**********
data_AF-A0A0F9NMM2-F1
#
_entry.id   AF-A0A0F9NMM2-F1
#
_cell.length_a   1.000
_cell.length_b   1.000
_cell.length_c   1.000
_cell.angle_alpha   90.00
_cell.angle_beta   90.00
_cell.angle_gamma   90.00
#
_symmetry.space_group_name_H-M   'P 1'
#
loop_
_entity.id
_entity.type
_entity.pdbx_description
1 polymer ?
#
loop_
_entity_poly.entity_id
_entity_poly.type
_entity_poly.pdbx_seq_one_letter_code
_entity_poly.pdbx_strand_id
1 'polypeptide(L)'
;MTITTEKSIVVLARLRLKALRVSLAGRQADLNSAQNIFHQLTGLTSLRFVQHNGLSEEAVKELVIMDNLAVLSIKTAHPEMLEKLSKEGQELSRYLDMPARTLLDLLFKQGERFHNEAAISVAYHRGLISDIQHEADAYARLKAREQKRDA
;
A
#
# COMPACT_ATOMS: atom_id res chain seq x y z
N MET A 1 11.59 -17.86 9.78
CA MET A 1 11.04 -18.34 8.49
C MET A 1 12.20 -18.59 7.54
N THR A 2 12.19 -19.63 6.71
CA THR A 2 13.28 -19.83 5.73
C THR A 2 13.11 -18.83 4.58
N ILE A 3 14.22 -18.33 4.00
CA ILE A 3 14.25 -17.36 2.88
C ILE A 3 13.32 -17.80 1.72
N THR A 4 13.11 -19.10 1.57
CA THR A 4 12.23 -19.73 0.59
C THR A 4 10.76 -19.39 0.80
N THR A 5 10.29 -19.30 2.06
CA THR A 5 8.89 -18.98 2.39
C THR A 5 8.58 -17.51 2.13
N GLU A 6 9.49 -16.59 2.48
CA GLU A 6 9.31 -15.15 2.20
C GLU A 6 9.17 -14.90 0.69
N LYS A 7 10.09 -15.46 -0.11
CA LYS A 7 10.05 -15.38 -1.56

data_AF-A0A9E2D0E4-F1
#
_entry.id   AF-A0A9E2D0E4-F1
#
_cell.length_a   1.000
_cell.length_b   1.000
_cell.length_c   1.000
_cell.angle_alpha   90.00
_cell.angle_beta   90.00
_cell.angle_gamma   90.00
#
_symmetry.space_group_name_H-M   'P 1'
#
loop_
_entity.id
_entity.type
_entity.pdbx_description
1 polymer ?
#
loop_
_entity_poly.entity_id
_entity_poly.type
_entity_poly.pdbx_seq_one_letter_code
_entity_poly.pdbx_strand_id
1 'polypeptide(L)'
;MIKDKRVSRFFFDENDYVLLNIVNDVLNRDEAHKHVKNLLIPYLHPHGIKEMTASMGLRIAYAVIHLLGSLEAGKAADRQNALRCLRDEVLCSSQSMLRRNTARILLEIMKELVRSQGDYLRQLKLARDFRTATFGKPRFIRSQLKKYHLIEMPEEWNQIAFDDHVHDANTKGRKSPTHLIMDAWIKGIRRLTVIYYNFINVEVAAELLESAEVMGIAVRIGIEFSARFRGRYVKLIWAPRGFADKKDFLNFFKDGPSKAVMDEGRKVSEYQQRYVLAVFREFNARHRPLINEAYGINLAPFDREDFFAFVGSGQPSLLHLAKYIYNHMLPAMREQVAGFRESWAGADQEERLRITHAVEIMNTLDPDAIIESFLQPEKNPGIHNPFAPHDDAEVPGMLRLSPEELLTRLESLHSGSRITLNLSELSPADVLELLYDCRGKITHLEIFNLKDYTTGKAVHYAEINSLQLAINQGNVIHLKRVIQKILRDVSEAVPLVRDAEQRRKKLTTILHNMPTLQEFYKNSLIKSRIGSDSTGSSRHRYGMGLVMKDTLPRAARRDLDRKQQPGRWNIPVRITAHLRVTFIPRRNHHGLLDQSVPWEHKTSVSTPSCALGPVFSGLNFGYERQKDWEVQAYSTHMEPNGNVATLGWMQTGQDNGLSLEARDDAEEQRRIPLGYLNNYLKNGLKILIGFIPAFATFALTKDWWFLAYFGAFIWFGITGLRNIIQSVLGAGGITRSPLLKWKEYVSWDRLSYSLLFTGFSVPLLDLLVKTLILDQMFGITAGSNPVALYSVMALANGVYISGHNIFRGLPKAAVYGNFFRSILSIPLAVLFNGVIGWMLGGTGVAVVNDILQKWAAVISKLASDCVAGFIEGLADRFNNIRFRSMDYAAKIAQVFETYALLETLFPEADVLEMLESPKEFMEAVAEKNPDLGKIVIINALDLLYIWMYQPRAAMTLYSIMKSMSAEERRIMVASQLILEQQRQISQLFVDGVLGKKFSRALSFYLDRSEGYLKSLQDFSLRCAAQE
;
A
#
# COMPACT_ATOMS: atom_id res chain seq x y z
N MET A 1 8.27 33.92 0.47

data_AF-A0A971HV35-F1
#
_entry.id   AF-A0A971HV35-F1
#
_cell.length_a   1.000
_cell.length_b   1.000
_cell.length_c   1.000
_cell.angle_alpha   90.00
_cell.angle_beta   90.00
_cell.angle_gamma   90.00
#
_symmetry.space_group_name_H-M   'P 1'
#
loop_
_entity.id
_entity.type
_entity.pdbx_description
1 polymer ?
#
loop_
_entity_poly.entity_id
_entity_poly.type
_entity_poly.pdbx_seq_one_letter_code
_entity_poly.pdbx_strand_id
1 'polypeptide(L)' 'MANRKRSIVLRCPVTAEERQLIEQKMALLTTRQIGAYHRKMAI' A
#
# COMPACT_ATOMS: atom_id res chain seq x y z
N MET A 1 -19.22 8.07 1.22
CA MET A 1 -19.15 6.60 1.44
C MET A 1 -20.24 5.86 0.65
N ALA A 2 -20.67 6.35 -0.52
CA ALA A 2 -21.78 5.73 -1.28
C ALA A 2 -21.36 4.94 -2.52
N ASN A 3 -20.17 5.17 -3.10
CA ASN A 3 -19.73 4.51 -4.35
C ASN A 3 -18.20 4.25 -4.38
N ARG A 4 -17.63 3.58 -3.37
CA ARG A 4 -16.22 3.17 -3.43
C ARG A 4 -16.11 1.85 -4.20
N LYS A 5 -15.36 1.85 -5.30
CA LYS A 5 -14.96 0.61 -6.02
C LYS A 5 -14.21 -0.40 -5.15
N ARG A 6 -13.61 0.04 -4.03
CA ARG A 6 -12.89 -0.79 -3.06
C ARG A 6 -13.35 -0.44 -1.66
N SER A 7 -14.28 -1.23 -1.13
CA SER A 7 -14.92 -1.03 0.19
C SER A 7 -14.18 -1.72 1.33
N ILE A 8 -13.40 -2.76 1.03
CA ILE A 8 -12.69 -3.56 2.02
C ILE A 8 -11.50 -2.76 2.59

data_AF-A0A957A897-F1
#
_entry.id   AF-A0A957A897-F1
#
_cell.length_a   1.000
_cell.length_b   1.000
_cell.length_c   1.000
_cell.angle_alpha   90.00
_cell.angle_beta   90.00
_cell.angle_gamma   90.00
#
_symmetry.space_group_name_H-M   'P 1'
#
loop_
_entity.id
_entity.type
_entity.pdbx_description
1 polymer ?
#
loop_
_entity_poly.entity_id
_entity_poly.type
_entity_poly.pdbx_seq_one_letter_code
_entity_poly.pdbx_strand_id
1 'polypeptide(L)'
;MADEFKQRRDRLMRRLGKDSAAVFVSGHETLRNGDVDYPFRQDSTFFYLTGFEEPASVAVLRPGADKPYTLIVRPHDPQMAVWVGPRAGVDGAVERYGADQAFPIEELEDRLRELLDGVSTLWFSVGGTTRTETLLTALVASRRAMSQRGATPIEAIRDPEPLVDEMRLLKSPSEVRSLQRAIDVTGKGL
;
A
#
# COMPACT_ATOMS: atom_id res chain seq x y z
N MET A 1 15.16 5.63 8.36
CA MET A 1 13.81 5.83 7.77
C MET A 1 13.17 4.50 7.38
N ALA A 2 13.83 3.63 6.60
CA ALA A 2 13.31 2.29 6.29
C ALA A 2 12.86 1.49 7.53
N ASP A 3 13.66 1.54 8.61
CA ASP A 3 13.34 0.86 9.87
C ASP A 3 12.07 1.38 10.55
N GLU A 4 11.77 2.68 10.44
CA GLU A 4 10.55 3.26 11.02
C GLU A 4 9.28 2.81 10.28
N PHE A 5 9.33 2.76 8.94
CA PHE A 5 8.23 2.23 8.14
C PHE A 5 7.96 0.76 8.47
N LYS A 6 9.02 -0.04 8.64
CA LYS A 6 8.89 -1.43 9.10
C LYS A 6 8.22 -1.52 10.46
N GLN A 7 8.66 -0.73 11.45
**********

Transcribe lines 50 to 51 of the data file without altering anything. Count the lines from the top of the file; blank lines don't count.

CA LYS A 7 10.05 -15.38 -1.56

data_AF-A0A9E2D0E4-F1